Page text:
Some Observations on the Problem with Research on the Effectiveness of the 12 Step Programs

Researchers tend to reject assertions based on human experience, often referred to as “anecdotal evidence” because supported by individual observations or experience and not buttressed by scientific investigations. Therefore, the scientific research literature tends to discount experience of members of 12 Step self-help groups such as Alcoholics Anonymous and Narcotics Anonymous, who have achieved abstinence and sobriety. Even more confounding for those in scientific circles is the spiritual aspect of these 12 Step Programs, which is also often viewed with intense suspicion. The research mostly concludes that there is little definitive scientific proof that the 12 Step Programs are more effective than other approaches such as cognitive behavioral therapy. However, according to research, the best hope for recovery from  alcoholism, is through use of recognized therapy such as cognitive behavioral therapy, coupled with regular (the longer the better) attendance of programs such as Alcoholics Anonymous. Unfortunately (in my abstinence-biased view), the research into recovery from drug addiction, especially opiate addiction, supports treatment using methadone and suboxone (using legal, long lasting opiates instead of illicit opiates, with counseling and medical support), rather than abstinence based treatment and use of the 12 Step Program known as Narcotics Anonymous.

As one who has worked as an addiction counselor for over 37 years, and as a professor teaching graduate courses on addiction for over 24 years, and as an individual in longterm recovery from addictive disease with intimate knowledge of 12 Step Programs, I have looked at the research on the effectiveness of the 12 Step programs, pro and con, and have arrived at the following conclusions about such research that, admittedly, are colored by my bias in favor of the spiritually based 12 Step Programs:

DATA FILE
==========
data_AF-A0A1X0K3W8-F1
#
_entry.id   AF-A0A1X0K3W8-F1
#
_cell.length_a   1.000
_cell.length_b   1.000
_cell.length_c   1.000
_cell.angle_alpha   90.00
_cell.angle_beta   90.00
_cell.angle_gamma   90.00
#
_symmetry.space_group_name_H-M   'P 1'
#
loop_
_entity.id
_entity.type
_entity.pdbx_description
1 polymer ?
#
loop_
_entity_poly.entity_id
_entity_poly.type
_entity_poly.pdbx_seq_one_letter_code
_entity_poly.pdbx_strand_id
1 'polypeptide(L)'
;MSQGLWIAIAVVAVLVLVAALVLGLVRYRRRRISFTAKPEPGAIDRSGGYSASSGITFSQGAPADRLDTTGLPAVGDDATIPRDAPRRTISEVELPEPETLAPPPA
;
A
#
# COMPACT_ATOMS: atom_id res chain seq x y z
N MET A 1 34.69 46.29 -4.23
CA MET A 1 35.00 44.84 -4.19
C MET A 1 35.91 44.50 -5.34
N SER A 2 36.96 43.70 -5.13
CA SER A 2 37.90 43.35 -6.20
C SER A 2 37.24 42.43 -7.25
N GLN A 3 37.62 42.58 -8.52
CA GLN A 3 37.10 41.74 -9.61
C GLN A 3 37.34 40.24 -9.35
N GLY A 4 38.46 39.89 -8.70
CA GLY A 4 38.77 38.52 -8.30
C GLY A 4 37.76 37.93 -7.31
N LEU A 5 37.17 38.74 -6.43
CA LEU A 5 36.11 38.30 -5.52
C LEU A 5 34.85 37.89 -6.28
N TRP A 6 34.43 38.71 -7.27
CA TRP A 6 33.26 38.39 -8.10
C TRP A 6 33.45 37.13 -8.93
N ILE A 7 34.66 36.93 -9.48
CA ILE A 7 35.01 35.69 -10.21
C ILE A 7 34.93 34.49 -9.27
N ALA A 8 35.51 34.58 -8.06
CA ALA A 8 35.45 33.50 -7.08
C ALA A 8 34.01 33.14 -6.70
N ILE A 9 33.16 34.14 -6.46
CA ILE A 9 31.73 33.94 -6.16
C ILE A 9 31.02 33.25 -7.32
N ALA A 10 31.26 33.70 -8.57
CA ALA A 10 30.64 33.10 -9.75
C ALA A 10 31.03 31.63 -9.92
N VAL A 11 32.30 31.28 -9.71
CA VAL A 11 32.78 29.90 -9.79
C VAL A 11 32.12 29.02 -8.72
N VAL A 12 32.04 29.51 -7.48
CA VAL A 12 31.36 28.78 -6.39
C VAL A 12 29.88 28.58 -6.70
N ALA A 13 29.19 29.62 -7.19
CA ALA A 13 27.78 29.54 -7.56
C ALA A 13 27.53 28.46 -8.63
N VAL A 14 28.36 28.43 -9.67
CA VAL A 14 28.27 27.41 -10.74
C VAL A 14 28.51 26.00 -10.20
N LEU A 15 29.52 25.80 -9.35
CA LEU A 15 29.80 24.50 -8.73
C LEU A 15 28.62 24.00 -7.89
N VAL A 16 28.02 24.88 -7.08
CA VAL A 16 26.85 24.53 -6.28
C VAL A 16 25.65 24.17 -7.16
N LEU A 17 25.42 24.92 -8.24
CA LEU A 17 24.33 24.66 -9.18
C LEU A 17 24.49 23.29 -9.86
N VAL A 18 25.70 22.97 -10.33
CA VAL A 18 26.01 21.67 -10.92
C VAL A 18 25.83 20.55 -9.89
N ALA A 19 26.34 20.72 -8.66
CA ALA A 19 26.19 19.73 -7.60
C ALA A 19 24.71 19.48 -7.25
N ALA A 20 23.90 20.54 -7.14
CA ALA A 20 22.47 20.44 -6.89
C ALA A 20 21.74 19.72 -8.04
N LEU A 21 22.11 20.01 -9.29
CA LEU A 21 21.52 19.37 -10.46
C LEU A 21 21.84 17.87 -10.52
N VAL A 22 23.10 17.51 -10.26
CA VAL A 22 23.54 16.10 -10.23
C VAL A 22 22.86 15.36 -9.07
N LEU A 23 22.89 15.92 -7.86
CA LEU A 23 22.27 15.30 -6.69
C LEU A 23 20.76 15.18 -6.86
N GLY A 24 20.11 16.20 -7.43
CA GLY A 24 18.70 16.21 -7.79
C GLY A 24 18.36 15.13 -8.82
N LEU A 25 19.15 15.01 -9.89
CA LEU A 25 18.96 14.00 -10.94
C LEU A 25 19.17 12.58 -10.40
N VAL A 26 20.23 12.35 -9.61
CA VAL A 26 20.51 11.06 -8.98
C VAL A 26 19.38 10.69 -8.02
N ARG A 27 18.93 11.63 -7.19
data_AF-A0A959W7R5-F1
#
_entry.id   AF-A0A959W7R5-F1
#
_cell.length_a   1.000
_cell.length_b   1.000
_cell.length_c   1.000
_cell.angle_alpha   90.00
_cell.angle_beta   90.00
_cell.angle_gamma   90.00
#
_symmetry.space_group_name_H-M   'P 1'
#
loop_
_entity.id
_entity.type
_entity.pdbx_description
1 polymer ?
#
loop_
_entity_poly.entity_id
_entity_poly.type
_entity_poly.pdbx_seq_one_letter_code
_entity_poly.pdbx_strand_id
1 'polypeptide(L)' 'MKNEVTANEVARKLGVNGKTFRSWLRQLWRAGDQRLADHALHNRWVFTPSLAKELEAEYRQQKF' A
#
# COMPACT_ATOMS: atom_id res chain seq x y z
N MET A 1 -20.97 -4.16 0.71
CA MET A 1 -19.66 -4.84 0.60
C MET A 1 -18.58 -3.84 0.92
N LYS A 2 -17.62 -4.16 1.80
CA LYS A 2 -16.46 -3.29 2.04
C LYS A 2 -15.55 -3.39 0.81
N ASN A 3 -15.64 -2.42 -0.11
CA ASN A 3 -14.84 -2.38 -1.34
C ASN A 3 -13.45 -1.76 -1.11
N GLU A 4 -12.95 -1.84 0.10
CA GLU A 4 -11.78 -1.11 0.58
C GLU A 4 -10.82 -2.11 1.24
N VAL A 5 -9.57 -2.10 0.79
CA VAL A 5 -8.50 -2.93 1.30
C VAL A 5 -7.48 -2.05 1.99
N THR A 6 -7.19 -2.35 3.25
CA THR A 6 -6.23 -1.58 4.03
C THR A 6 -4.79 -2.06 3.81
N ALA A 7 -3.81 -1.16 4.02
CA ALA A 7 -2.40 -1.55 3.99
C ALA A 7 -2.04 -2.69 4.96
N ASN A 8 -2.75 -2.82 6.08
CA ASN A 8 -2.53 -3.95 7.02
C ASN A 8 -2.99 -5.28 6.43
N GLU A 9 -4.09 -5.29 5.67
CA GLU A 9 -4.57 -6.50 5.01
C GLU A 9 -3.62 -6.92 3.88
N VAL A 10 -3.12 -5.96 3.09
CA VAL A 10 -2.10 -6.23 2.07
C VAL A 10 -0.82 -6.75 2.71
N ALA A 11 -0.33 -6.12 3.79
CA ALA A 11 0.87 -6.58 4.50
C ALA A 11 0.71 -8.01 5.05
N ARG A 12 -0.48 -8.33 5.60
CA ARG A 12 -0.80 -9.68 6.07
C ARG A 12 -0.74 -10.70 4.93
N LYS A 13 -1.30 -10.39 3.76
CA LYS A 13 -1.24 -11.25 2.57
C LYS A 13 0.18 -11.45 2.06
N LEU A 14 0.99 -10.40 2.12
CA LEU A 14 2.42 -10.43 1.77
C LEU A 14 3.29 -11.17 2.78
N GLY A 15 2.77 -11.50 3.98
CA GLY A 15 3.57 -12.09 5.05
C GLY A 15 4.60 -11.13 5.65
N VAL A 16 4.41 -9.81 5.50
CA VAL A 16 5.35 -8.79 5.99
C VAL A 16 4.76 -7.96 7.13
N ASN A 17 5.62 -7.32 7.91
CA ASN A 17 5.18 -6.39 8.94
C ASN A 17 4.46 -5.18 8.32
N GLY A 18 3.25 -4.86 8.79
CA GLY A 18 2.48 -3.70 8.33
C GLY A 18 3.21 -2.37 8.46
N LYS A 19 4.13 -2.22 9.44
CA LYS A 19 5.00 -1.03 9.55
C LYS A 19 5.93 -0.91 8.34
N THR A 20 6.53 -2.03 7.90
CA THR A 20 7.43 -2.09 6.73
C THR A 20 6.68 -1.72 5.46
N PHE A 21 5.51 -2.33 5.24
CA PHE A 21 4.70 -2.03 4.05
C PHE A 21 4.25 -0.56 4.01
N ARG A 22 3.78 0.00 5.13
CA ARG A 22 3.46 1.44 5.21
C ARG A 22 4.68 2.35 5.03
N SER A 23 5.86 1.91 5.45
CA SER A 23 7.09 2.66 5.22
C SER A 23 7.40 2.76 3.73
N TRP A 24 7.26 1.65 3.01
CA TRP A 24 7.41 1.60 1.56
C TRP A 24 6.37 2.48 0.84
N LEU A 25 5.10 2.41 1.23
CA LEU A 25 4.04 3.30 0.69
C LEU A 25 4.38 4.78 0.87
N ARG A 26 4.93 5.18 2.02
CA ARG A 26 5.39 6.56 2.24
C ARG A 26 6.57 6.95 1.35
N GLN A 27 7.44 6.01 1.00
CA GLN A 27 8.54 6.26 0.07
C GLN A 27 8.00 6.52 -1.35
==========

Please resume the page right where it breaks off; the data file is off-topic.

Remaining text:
1) Researchers, with a few wonderful exceptions (I can furnish citations), do not understand the spirituality of the 12 Step Programs;
2) Most researchers do not understand the powerful healing effects that arise when individuals with the same life-threatening disorder help one another at meetings as well as through the relationships of home group members and sponsors, though the researchers may use fancy terms such as universality, role modeling, and the like to explain such dynamics; and, finally,
3) The vast majority of researchers do not have the personal experience of addiction and recovery using the 12 Step Programs that, I believe, would allow them to understand how these programs work, thereby enabling them to construct scientifically valid investigations to evaluate the effectiveness of the 12 Step Programs.

I realize that these observations are driven more by my personal and professional experience than by scientific evidence, but so be it.

As always, comments are invited. Jan Edward Williams,, 09/22/2016.

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